In a civil copyright infringement claim, many users of copyrighted material are surprised to learn that once the copyright owner has demonstrated that it owns a copyright in the work, the burden shifts to the copyright user to demonstrate that it had the right to use the work in the way it was using it. For copyrighted software use, this means that not only must the user have a valid license, the use case must fall within the scope of the license terms. Software publishers actively protect their copyrighted material by pursuing audits of its consumers either directly or through entities such as BSA|The Software Alliance, or the Software & Information Industry Association (“SIIA”).

There are two vital steps to proving a consumer is innocent of copyright infringement.

  1. Providing proof of purchase documentation for the license.

The license agreement itself often provides the authority for the publishers to audit any consumer of its product, but there are usually little or no guidance in the license agreement for what proof will be acceptable in a license review. This is further complicated by the fact that the BSA and SIIA issue their own set of audit standards when investigating potential compliance gaps.

In order to demonstrate a license to use software that is acceptable to the BSA and SIIA in an audit, the consumer must provide a copy of an entitlement that shows the date purchased, price paid, software version and title, quantity, and the company name. Many consumers do not keep accurate records of software purchases, particularly for products that are very old. The auditing entity will presume there is no license unless the user can provide documentation of its license, regardless of the age of the software installed.

However, there are different types of documentation that may be used to prove ownership of a license, including, but not limited to:

  1. Customer purchase history reports from vendors such as CDW and Dell;
  2. Dell Service Tag Reports;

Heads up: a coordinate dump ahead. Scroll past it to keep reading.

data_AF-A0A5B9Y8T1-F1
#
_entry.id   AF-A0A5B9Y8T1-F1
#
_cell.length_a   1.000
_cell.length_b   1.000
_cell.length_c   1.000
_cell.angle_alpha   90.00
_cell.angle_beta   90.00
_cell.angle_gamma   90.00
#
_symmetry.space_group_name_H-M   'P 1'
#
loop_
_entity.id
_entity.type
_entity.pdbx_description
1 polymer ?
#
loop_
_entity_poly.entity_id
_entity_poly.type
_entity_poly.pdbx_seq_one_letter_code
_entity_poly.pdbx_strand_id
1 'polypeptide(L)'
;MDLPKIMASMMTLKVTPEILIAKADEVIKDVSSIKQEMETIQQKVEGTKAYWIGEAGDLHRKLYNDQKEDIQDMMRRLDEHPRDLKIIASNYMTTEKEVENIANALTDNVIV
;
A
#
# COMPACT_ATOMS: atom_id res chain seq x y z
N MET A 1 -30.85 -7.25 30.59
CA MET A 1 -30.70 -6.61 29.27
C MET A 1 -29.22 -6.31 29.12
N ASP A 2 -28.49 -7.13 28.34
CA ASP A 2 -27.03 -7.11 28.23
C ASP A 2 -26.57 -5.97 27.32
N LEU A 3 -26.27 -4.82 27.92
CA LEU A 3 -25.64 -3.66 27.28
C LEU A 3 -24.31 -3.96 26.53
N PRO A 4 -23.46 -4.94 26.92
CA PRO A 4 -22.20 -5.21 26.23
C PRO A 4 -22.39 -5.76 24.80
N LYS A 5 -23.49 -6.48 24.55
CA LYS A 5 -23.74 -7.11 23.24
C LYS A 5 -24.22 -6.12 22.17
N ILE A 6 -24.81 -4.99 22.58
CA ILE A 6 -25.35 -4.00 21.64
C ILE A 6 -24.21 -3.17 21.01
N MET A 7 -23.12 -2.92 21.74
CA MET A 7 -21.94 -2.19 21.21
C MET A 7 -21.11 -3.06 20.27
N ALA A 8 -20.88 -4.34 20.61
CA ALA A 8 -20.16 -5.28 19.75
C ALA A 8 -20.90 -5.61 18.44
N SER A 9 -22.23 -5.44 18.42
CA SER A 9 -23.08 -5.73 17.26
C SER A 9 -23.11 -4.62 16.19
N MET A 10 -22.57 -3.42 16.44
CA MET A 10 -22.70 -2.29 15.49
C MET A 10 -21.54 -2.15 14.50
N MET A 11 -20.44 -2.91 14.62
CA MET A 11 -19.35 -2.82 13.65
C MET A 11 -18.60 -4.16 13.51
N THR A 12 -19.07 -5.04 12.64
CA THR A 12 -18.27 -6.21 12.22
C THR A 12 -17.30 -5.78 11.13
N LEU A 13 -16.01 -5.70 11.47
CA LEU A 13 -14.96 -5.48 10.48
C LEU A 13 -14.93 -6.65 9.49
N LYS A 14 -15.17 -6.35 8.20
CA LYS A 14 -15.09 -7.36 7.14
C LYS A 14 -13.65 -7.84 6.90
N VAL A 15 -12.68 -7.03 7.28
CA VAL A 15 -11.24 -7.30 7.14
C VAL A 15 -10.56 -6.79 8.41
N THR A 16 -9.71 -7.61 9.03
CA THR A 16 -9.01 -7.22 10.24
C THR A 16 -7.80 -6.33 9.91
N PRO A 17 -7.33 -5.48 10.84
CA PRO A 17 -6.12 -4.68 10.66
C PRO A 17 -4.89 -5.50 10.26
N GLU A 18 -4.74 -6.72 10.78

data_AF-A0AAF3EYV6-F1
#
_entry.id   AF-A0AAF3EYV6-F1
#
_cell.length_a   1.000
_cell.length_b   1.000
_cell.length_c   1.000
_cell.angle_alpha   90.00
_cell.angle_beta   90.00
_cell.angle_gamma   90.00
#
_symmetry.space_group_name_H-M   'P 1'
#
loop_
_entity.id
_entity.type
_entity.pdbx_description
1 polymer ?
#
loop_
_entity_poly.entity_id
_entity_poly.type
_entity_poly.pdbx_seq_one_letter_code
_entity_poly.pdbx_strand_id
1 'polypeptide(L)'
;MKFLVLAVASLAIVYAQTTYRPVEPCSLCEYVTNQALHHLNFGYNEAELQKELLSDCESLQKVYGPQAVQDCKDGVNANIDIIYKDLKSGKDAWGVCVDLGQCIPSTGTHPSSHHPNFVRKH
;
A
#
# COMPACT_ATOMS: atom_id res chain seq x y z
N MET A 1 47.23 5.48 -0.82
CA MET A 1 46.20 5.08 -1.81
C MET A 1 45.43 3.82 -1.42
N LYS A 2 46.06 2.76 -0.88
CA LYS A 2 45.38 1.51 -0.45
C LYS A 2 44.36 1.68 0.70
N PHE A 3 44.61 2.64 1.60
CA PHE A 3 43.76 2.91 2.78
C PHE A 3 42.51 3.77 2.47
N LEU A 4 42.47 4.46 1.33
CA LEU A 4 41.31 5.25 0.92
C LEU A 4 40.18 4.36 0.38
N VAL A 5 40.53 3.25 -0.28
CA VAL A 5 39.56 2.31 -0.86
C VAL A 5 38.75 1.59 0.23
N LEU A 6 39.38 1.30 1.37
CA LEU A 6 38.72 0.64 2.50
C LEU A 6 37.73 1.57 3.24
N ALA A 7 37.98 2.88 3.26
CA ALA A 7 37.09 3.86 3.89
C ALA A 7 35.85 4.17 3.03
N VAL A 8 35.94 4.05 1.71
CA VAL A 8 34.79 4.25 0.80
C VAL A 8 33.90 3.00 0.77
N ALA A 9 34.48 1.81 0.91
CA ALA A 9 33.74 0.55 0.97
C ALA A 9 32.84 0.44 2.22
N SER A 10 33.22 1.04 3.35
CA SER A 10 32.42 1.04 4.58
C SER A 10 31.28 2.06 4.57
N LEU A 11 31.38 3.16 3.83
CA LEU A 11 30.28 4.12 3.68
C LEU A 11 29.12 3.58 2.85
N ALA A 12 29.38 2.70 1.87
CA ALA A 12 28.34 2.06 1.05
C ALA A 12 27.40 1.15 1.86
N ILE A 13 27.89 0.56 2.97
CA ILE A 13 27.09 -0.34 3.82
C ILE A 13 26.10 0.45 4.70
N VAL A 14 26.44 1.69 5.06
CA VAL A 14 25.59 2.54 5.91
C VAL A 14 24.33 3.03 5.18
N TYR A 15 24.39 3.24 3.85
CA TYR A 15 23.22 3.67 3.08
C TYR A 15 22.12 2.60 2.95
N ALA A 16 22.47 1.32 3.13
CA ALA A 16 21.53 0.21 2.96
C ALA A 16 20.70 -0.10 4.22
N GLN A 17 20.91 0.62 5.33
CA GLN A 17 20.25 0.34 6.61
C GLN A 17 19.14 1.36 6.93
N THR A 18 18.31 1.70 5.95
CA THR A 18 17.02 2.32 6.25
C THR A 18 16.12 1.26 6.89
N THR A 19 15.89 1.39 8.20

3. E-mail confirmations for software purchases;
  4. Microsoft Licensing Statement;
  5. Adobe Licensing Statement;
  6. Autodesk Licensing Statement;
  7. Software publisher agreements (ex. Microsoft EA);
  8. Autodesk serial numbers (if registered correctly);
  9. Hardware purchases with OEM operating systems or Microsoft Office software; or
  10. Software registration confirmations.

It is always helpful to acquire a report from a vendor if possible to acquire a purchase history, or alternatively, a licensing statement from the publisher itself.

  1. Demonstrating compliance with license terms.

In addition to providing evidence its licenses, a consumer often must demonstrate that it has complied with the terms of the license agreement for the software installed. For example, some Home or Student versions software specifically restricts commercial use, so if a business has these versions installed and is using it to generate revenue, the license is invalid because the use case is outside the scope of the license grant.

There are more complicated use cases that also violate the terms of license agreements, ranging from geographic restrictions, installing software on affiliate or related entities’ machines without approval, installing software on servers, or installing software on hosted servers without the appropriate licenses.

In order to avoid potential copyright infringement claims and monetary penalties, it is prudent for consumers to conduct regular internal audits, consistently retain all software purchase records, and closely evaluate the use cases to ensure compliance with the relevant license agreements.